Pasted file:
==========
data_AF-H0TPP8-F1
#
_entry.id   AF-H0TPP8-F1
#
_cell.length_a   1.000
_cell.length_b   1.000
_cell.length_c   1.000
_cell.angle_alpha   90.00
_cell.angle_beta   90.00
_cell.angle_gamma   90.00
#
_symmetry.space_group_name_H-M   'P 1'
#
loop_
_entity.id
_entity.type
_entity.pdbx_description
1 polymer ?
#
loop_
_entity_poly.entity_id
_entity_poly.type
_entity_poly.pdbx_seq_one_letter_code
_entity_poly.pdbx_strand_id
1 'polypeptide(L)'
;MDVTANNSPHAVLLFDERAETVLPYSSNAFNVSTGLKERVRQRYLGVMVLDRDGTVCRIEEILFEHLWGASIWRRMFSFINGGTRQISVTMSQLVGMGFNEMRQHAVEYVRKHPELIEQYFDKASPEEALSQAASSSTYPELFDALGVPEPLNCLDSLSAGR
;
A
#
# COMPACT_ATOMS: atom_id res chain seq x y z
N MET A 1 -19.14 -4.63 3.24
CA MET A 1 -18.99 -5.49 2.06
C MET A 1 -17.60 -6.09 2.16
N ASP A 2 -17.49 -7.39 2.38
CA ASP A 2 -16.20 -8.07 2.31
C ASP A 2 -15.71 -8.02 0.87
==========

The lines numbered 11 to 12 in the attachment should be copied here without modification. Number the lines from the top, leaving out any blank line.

#
_symmetry.space_group_name_H-M   'P 1'